Social media is a must for America’s STEM future

Through the use of social monitoring and analytics, school systems, local, state, and the federal government can gain a deeper understanding of students’ overall sentiment toward STEM by tracking and listening to the online conversations around the challenges. In performing sentiment analysis, agencies could more effectively monitor and determine the success and outcomes of the challenges over time as a means of driving STEM excitement and engagement among K-12 students.

Leveraging social media to organize STEM ‘challenges’

In addition to the White House, a few agencies already employ challenges for students to solve real problems. NASA uses social media tools to engage with citizens and inspire an interest in STEM, as well as promote opportunities for students and teachers to participate in challenges via NASA Education. NASA currently has nearly 300,000 subscribers on YouTube and around 4 million followers on Twitter, and has held more than 50 social media events over the past four years to provide followers with direct access to what their STEM professionals are currently working on.

On February 22, NASA held its first official Google+ hangout where more than a thousand participants from around the world asked questions to astronauts on the International Space Station. Participants included K-12 science classrooms. NASA already has taken the lead in organizing challenges, as well as having social media strategies in place. By leveraging their social strategy to drive STEM challenges in schools, they would pioneer this integral educational platform.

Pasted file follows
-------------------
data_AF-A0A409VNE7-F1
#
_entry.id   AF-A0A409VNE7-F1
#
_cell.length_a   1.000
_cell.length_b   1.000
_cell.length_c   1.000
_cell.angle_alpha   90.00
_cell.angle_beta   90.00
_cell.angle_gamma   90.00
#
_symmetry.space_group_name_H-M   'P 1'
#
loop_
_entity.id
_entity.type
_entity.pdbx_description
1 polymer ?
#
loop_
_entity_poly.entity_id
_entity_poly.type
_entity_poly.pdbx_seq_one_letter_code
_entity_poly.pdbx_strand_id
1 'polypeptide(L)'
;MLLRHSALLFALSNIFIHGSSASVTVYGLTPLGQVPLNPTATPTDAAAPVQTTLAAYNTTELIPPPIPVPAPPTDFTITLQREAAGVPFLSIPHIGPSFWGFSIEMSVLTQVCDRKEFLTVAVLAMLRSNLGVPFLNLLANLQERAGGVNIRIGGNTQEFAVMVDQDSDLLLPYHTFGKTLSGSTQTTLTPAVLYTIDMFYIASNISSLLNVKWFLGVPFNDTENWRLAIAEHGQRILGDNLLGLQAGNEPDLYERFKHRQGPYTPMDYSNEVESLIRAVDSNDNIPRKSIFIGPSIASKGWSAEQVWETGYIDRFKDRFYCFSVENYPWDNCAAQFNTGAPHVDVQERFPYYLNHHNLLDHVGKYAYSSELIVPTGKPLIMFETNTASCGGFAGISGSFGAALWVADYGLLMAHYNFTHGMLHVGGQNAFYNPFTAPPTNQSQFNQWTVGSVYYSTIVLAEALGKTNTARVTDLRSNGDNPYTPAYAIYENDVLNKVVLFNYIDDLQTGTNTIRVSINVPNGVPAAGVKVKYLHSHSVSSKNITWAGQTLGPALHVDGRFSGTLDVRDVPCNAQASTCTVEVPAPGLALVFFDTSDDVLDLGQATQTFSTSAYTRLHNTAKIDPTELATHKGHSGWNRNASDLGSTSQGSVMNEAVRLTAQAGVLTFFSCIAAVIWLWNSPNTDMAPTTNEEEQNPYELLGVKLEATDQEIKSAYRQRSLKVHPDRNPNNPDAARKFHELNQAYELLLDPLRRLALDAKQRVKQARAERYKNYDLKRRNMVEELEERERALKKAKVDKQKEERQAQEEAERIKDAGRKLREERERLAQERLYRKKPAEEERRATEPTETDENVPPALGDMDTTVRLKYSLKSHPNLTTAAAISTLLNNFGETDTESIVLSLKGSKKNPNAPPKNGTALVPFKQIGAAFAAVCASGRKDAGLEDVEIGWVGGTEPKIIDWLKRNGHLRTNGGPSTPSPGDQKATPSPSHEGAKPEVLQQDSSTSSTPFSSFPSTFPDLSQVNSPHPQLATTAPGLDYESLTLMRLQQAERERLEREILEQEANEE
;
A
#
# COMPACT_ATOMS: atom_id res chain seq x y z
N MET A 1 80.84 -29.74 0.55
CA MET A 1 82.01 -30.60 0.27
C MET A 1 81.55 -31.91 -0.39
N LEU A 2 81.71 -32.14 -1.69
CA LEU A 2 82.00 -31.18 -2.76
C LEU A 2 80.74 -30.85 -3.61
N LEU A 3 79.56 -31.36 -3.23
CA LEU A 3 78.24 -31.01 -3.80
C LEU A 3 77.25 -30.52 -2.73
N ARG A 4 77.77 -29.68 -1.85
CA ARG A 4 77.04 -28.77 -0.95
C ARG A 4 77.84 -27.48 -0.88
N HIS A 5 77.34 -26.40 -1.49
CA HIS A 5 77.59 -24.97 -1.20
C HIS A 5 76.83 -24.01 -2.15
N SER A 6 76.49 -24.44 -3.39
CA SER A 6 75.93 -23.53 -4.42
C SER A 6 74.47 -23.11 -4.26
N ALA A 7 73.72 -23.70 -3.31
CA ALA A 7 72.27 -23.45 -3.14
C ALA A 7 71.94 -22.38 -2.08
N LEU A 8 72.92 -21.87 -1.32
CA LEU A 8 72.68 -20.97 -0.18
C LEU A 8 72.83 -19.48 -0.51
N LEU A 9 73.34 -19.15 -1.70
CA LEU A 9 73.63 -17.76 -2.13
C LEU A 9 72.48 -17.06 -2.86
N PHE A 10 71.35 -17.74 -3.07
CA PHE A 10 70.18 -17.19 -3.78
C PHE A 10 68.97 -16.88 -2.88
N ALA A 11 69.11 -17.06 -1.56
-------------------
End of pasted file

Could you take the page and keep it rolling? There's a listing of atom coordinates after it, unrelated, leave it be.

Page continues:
Many Americans consider the U.S. a leader in STEM education and jobs, but the reality is, unfortunately, the opposite. As social media becomes an ever more important part of our culture, we should reach out to prospective STEM participants in the world they live in.  By leveraging social media to drive government STEM challenges in school-aged children, we can effectively generate excitement, interest, and most importantly, long-life knowledge in STEM education.

Wendy Henry is a member of the Quadrennial Government Technology Review steering committee at the Industry Advisory Council (IAC). She is also a Deloitte Consulting Specialist Leader.

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